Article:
Before acquiring my own garden, I spent many happy, and frequently muddy, weekends on wildlife conservation projects around S.E England working on woodlands, ponds and The Downs. My gardening at home and the advice I give to clients & students is always mindful of environmental impacts and I encourage everyone to adopt a wildlife friendly gardening style. It really does not mean that you have to give up a beautiful and organised garden. A long-time member of Kent Wildlife Trust I am now a Corporate Member and once again volunteered to be an advisor on the successful KWT Wild about Gardens Scheme.
I can provide advice and ideas to make your garden wildlife friendly as part of a garden visit or as a talk to a gardening or school group.
Encouraging Wildlife without discouraging the People
A wildlife garden is just as deliberately managed and intensively planted as any other garden. Some wildlife gardens even look like attractive ‘normal’ gardens – mine for example! To attract a wide range of creatures you will be packing in features and plants at a much greater density than in the countryside and you will be just as officious in removing the plants that you do not want. A wildlife garden is not an abandoned, weedy wasteland.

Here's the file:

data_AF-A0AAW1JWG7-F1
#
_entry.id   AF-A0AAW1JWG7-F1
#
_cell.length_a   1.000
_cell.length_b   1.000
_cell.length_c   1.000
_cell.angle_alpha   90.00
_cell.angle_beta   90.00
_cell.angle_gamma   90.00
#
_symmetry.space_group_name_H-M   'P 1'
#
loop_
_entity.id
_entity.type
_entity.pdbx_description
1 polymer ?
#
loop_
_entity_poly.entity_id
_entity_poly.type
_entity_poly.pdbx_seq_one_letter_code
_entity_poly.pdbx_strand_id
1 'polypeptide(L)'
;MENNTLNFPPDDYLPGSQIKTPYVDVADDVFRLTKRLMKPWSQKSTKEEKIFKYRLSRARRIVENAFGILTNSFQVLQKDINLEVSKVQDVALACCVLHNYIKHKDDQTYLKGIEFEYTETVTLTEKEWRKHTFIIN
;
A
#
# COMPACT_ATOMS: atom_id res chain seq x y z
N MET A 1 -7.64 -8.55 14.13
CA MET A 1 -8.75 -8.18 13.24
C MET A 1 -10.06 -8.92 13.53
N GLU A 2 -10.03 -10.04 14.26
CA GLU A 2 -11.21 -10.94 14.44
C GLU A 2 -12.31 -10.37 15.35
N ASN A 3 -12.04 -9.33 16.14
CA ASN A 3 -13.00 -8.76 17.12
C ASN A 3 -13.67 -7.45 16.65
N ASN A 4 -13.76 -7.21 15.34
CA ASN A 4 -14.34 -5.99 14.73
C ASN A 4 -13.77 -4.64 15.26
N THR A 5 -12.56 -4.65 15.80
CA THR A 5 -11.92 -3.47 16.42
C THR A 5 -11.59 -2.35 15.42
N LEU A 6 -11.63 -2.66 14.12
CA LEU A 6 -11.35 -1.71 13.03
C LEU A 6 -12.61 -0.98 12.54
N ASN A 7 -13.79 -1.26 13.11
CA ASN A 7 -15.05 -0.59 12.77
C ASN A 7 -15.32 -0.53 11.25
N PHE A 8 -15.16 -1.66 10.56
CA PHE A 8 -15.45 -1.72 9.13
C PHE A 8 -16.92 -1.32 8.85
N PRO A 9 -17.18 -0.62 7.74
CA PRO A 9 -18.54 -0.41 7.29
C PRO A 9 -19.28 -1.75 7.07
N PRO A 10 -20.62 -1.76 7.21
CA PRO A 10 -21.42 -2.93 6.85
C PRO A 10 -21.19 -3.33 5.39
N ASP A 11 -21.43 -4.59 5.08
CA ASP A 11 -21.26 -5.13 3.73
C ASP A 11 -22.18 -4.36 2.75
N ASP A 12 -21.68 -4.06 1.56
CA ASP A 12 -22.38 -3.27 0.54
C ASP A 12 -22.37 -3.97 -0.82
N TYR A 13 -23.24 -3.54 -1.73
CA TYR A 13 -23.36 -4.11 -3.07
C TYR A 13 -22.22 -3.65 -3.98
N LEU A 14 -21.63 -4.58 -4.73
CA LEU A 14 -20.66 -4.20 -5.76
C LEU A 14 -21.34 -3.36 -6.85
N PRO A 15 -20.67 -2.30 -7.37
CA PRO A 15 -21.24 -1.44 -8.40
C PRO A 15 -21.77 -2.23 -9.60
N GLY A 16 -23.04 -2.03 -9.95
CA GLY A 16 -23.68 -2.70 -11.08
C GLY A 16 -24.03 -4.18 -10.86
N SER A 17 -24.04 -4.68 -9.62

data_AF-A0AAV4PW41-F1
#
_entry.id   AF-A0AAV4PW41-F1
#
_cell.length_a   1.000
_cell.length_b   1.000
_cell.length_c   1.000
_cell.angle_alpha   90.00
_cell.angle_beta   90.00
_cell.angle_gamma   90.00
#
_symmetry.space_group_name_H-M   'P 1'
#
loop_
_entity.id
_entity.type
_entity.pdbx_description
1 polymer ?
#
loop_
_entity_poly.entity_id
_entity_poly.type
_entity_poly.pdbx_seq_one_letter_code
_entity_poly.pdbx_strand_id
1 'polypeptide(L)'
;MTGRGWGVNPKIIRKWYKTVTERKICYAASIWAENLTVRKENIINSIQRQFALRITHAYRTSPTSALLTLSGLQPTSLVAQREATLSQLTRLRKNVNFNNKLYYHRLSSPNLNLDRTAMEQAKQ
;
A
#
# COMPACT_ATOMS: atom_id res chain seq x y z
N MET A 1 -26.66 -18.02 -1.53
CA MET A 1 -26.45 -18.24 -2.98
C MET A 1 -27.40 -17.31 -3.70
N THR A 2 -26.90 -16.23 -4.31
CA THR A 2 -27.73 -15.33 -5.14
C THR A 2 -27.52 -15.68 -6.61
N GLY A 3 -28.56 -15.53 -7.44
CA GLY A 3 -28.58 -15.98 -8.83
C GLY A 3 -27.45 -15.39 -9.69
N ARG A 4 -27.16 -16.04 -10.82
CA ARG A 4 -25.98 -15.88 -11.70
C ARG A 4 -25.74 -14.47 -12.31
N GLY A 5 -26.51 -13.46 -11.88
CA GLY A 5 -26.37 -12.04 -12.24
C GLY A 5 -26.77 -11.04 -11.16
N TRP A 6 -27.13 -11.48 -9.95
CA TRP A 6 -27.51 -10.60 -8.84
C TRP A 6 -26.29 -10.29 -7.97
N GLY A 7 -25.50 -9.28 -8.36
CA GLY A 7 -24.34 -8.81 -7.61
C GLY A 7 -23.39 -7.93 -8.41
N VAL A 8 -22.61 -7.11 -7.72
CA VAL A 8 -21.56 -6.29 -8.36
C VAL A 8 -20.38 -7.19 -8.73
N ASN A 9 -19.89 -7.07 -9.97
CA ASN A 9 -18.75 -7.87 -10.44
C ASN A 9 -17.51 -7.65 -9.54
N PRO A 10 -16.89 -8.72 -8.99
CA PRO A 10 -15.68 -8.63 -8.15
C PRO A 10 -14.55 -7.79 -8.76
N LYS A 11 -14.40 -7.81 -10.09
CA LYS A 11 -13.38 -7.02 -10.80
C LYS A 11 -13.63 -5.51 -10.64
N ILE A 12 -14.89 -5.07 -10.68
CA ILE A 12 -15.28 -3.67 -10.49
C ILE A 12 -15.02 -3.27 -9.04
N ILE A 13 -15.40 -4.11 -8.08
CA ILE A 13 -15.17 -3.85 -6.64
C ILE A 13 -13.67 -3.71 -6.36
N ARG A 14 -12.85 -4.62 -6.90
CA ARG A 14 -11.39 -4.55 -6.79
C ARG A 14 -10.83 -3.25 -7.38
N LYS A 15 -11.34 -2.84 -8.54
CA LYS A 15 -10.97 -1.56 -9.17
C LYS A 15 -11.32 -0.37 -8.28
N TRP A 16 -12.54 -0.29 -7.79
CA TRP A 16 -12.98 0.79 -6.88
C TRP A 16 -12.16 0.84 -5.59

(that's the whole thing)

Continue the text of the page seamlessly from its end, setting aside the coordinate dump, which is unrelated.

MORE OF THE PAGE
Wildflower meadows are popularly created by delaying mowing lawn and introducing native wildflowers to supplement what appears naturally and these are a very good food source for insects and birds. However, if you want to keep a mown lawn then you can provide the wildlife value with a well thought-out bed of wildflowers and cottage garden plants that provide nectar, pollen and seeds right from spring through to autumn.
The majority of wildlife that you attract will go under the heading of ‘creepy crawlies’ that are the bedrock of a healthy eco-system. Insects, beetles, worms, wood lice and a myriad of mini-beasts are the start of the food chain that leads up to the bigger, more impressive mammals and birds. Children delight in poking under logs and stones in a quiet corner looking for invertebrates and a move away from chemicals in the garden will ensure that they are never disappointed.
Shrubs with autumn berries and a water source, however small, are valuable wildlife habitats too.